If you can not join us in Seattle to kick off our Can-A-Rama, Rebecca and Lucy have graciously shared their recipes.

DELUXE APRICOT RASPBERRY JAM

PICKLED JALAPENO PEPPERS

Enjoy!

 

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Cherries Three Ways

Thanks to our friends at the Washington State Fruit Commission, we’ve got cherries on the brain — and on the stove, and in jars.  For the second year in a row, we’ve been gifted with bing cherries like nobody’s business.  In celebration, we’ll be dishing up the myriad ways you can preserve cherries all week long.  Washington state is cherry country, and this year’s crop of Bings is bodacious, as CAA member Brook Hurst Stephens described them.  Our first cherry dispatch comes from CAA social media maven Shannon Kelly.

Past and present, I’ve got cherries on the brain, in the oven and on the stove.

 

From the cupboard

Last month, I found two half-pint wide mouth jars of preserved cherries dated July 2010 tucked away in the depths of my pantry and immediately thought of all of my Canvolutionary friends and our ever evolving mission to “use up what we put up”. For me, canned goodness is only as good as the moment you pop that top and dig into the delicious out-of-season pickle or preserve. It is a delightful precursor to summer in a rain-soaked spring.

Over the past 11 months, I had used my cherries packed in syrup for desserts and as a sauce over ice cream. It was time to do something different. The remaining two cans were transformed in less than an hour from sweet to savory.

Here’s how I did it: In a pot, combine two half-pint cans of cherries in sugar syrup with two garlic cloves (halved with the green part removed), one bay leaf, about a teaspoon of salt and freshly cracked black pepper. Reduces slowly on extra low while stirring to avoid burning. Once the mixture is reduced by half, add up to ½ cup of chicken stock (you can substitute vegetable stock too).  Remove from heat and discard the bay leaf. Salt to taste.  Serve with your favorite grilled meat (we did chicken on the Green Egg).

From the farm

Just as I’d cleaned out my pantry, the Washington State Fruit Commission gifted Canning Across America with another round of cherries and I was back at the canning kettle. In honor of Cherry-palooza 2011, I transformed my three bags into Brandied Cherries while placing the remaining pound of the fruit in the oven on low heat (140 degrees for 3-4 hours or until dry).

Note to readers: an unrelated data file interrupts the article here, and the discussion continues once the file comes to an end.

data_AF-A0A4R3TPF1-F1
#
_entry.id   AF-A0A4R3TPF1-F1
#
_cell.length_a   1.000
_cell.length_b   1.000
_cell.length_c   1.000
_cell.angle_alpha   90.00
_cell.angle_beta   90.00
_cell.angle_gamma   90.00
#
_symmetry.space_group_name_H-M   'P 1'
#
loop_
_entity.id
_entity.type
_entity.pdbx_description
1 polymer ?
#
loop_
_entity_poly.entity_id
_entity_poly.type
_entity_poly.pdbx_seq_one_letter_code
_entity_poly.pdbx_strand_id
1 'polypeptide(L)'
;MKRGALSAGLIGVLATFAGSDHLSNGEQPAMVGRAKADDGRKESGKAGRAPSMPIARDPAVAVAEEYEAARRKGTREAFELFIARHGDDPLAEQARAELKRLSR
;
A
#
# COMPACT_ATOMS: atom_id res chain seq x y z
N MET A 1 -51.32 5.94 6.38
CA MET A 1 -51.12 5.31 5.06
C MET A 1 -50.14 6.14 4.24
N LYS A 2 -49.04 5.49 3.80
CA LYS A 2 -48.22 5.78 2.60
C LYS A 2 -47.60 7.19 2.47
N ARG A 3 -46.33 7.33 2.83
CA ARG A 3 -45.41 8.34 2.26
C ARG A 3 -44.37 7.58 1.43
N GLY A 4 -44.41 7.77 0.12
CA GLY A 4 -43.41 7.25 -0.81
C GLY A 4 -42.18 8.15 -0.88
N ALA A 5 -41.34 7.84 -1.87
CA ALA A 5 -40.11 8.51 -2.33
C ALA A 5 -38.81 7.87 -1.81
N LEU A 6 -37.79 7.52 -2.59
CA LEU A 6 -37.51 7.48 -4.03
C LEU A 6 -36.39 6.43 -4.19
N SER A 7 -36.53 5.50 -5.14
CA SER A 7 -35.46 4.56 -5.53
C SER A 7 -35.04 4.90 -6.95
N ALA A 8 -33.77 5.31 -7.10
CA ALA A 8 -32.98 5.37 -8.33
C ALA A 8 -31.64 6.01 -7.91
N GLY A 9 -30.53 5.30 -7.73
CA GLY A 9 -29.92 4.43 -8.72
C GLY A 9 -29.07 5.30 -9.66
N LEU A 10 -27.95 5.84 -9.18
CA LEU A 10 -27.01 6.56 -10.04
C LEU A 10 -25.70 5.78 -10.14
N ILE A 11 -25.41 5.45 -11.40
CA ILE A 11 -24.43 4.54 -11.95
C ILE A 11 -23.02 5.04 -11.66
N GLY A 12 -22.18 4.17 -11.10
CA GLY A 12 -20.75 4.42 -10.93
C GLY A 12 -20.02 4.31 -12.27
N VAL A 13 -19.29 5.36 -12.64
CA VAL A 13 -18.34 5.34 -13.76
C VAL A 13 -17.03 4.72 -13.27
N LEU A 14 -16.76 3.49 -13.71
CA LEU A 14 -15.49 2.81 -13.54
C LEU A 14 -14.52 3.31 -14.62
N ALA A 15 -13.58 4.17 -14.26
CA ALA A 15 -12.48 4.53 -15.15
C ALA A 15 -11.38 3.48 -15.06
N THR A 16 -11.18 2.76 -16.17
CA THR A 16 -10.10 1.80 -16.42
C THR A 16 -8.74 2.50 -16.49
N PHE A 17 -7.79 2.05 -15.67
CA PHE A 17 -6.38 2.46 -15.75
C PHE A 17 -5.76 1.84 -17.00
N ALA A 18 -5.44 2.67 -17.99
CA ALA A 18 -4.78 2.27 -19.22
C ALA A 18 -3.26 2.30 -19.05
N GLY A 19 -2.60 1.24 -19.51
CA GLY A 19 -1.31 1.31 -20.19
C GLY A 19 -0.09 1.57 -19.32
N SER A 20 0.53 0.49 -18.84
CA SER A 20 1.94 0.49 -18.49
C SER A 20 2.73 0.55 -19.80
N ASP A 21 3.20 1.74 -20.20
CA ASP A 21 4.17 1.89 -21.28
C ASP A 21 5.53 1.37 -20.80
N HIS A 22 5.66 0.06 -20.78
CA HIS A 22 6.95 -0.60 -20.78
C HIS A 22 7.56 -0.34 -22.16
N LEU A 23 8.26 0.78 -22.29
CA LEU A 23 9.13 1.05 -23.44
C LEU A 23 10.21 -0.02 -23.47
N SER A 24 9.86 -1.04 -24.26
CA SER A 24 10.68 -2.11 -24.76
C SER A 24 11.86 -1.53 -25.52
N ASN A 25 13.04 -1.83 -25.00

I’ll use the dried cherries in salads or as an accompaniment on a cheese plate until I can’t resist the urge to dip back into my cupboard. That’s the problem with putting up canned foods —  it’s hard to wait to share the bounty (but so worth it to enjoy a taste of summer in February).

CAA Contributor Shannon Kelly is a trend illustrator, cultural anthropologist, brand strategist, gastronomic devotee and social media enthusiast. She founded In Your Head consultancy to transform her knowledge of marketing, innovation and merchandising into strategies for retail, food & lifestyle industries. Her love of pickling and new media has earned her the title of marketing/tech guru for Canning Across America. Shannon tweets about the intersection of food, fashion and culture @trendscaping and always cans wearing stylish shoes.

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Save the date: National Can-It-Forward Day

On August 13th, join Canning Across America, Jarden Home Brands and millions of food lovers to learn the ease of preserving fresh food as part of National Can-It-Forward Day.

Who: Anyone can join. Whether you are new to canning or a seasoned pro, canning is always more fun when shared with friends.

What: Get a group together and host your very own Can-It-Forward Home Canning Party on August 13th.  Click here to get started.

Where: Jarden Home Brands, makers of Ball® Home Canning Products, will be hosting members of Canning Across America for live canning demonstrations at Seattle’s Pike Place Market. We will announce the full schedule of events in coming weeks  so get ready to join the Can-A-Rama:

  • Online: From 11 AM – 7 PM EST/8 AM – 4 PM PST, view demonstrations from the comfort of your own home or during a Can-It-Forward Day Home Canning Party!  Ask our experts and chefs questions in our live Q&A.
  • In Seattle: If you live in or are in the Seattle area, stop by Pike Place Market and participate in person!  We’ll be celebrating with live canning demonstrations throughout the day, give-a-ways and sampling and more!

Why: Celebrate the bounty of summer through with home canning with friends and family.

Between now and August 13th, be sure to join the canning conversation on twitter or facebook. We’d love to hear your stories, view your photos and share out love of canning as we approach this momentous day!

Facebook

 

 

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Let’s Get Canning, America! Join us for National Can-It-Forward Day on August 13!

Jarden Home Brands, makers of iconic Ball® brand home canning products, has teamed up with Canning Across America to create the first annual National Can-It-Forward Day. Gather your family and friends to celebrate the bounty of summer through home canning. Learn the ease of preserving fresh food through a day of home canning parties, online instructional canning videos and cooking demos, local events at Seattle’s Pike Place Market and more.

Visit FreshPreserving.com to learn more.